Establishing Molecular Epidemiology in Concordant HIV-1 Positive Heterosexual Couples at CVCT Centers in Rwanda and Zambia Público

Dennis, Kristine Kay (2012)

Permanent URL: https://etd.library.emory.edu/concern/etds/8049g555z?locale=es
Published

Abstract


Background
Epidemiologic linkage techniques for the gp41 region of the HIV-1 proviral genome are
established to characterize HIV-1 transmission dynamics among heterosexual couples
with recent transmission events but have unknown validity for chronically infected
couples with differing levels of viral diversification. To determine if the current pair-wise
distance (PWD) cutoffs (Rwanda 5.4%; Zambia 4.6%) are valid for couples who were
both HIV-1 positive (concordant positives) when first tested, a 399 base pair region of
gp41 was sequenced from 12 longitudinally followed recent transmission pairs and 191
concordant positive couples from Rwanda and Zambia for PWD and neighbor-joining
phylogenetic tree linkage analysis.
Results
The PWD of longitudinally followed couples demonstrated 0.33% and 0.28% PWD
change/year across Rwanda and Zambia, respectively, confirming the PWD cutoff for
each country remains valid for approximately 10 years. Linkage
cohabitation were compared with the gold-standard phylogenetic tree linkage status.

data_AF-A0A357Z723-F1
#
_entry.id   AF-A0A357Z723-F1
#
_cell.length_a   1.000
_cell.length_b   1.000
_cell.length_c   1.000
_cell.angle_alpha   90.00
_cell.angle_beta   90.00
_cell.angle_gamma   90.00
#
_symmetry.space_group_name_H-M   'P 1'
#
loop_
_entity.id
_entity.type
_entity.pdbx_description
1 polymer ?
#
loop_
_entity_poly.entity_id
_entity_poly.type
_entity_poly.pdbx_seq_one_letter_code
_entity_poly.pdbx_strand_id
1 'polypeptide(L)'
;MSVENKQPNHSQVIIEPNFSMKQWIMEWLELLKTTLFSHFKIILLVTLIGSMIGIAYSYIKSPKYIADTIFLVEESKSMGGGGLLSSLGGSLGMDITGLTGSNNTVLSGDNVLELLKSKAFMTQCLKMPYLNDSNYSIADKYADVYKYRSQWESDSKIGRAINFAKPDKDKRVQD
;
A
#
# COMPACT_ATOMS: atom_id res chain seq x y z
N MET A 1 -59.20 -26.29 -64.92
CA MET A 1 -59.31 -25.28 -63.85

Most concordant positive couples had matching linkage status between PWD and
phylogenetic tree analysis with the exception of a few couples from Rwanda (9 of 101)
and Zambia (12 of 90). After comparing median PWD for linked and unlinked couples
between concordant positives and recent seroconverting pairs, linked concordant
positives had significantly higher median PWD than recent seroconverters across both
countries (p<0.05). Unlinked recent seroconverters had a significantly higher median
PWD than unlinked concordant positives only in Zambia (p<0.01). The proportion of
linked concordant positives was 44.6% in Rwanda and 47.8% in Zambia, as compared to
a sample of recent transmission pairs enrolled in couples voluntary counseling and testing
with 80.5% and 77.9% linked in Rwanda and Zambia, respectively.
Conclusions
Across the concordant positive couples from Rwanda and Zambia, the validity of the
current gp41 PWD cutoff was confirmed for epidemiologic linkage analysis. There was a
greater proportion of couples who were unlinked than recent transmission pairs. Through
the characterization of these concordant positive couples who have not received couples
voluntary counseling and testing, we have a sense of the linkage patterns present in the
general population so future behavioral interventions can be more accurately targeted.

Table of Contents








Table of Contents


Chapter I: Background

HIV Prevalence 1

Heterosexual Transmission 1

Rwanda-Zambia HIV Research Group 2

Epidemiologic Linkage 2

Concordant Positive Couples 3

HIV Diversity: Recombination, Superinfection & Hypermutation 4

Chapter II: Manuscript


Abstract 5

Introduction 6

Methods 7

Results 10

Discussion 14

References 19

Figures 23

Supplemental Figures 27








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